Being your own boss comes with a lot of perks. Easier mortgage approval may not be one of them.
Mortgage for self-employed borrowers have different requirements than mortgage for a salaried person. The rules updated in recent months to take an even closer look at your business income. Let’s review how the rules will impact self-employed first-time borrowers next time they get a loan.
Self-employed borrower basics
Two of the most important things lenders review to qualify you for a mortgage are income and assets. They determine how much monthly payment you can afford and where your down payment is coming from.
When it comes to income, self-employed borrowers report income as sole proprietors or owners of entities. These entities include corporations, partnerships, or limited liability companies (LLCs).
As a sole proprietor, you will file your self-employed income on IRS Schedule C, which tracks your income and expenses for a given year.
Salaried employees get to use their gross income for loan qualifying. However, sole proprietor borrowers must qualify using their net income from Schedule C. Furthermore, lenders calculate a 24-month average of net income for sole proprietors. For instance, your most recent Schedule C may have lower net income than the previous year. In this case, lenders will use worst-case income by calculating a 12-month average of the most recent year.
If you’re self-employed and conduct business via a corporation, partnership, or LLC, the IRS requires these entities to file separate sets of tax returns. In addition, if you own 25 percent or more of the entity, you will need to provide lenders with these full business tax returns, as well as your personal returns.
Just like with Schedule C, lenders will average income for 24 months using two years of filed business (and personal) returns. If the most recent year is lower, they will average 12 months of the lower year.
When it comes to assets, self-employed borrowers sometimes have a lot of their money in their business, and may want to use those funds for down payment. Some lenders will let you do this. If so, they often require that your tax preparer verifies that use of business funds for a home purchase won’t have a material impact on the business.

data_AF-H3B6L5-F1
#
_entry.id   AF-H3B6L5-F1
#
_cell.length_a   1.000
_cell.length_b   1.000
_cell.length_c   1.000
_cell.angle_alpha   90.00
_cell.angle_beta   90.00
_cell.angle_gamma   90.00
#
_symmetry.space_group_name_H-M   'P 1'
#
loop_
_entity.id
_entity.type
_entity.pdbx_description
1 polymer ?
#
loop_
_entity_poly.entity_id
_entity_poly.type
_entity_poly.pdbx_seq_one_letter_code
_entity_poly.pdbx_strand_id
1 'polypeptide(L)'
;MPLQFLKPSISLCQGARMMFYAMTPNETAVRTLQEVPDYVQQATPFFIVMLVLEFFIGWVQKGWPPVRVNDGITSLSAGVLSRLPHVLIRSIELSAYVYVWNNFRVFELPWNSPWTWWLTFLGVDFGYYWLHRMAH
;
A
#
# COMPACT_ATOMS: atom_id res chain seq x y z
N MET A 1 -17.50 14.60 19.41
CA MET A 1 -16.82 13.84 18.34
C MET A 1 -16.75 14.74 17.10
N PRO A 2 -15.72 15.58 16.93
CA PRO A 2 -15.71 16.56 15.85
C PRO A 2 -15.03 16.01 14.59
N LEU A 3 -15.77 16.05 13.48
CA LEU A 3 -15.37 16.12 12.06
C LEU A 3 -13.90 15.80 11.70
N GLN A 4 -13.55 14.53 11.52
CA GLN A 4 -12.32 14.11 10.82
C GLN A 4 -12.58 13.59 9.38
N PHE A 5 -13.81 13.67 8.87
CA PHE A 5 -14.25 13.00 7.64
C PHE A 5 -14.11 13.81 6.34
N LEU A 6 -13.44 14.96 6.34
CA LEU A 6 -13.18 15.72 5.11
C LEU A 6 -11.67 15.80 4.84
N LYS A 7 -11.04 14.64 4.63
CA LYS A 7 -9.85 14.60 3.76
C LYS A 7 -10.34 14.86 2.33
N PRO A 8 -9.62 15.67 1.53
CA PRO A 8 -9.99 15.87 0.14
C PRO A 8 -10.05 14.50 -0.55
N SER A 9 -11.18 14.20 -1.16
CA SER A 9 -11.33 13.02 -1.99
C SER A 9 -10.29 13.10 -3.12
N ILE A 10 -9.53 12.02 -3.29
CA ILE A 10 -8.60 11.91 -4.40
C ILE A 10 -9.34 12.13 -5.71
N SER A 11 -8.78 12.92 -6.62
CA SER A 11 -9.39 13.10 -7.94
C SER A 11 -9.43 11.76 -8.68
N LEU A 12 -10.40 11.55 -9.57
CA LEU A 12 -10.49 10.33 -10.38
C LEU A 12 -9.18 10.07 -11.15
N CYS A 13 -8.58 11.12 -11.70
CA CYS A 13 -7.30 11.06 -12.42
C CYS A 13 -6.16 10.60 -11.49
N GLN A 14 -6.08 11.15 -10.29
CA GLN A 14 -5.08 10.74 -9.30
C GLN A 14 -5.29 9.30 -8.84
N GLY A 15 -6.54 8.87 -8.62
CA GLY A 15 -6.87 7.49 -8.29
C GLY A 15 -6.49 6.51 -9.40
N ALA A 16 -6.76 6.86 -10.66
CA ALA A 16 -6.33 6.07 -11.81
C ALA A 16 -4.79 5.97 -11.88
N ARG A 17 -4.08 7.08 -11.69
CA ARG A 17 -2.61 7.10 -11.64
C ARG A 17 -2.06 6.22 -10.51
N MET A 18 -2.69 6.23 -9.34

New rules for self-employed borrowers
In February 2016, Fannie Mae updated self-employment income calculation guidelines for borrowers who own partnerships and S corporations. These guidelines impose stricter analysis on income and debt trends of a company. This is to determine whether the company has sufficient assets to support the withdrawal of earnings to pay its owners.
If you own an entity like this, your income from the entity shows up on a form called Schedule K-1. This form is part of the entity’s tax filing, and the figures on this form get carried over to your personal tax return as income.
This income most often comes in two main forms: “ordinary business income” and “distributions.”
New rules for self-employed borrowers now impose conditions on whether you can use either of these forms of income. For example, if distributions are greater than ordinary business income, then ordinary business income may be used to qualify. But if distributions are less than ordinary business income (or distributions don’t exist), then there are guidelines to determine how you qualify.
Mortgage for self-employed will have guidelines specific to your profile and they will vary by lender. Therefore, the best way to determine whether you qualify for a loan is to visit with a home loan expert who can analyze your tax returns for you.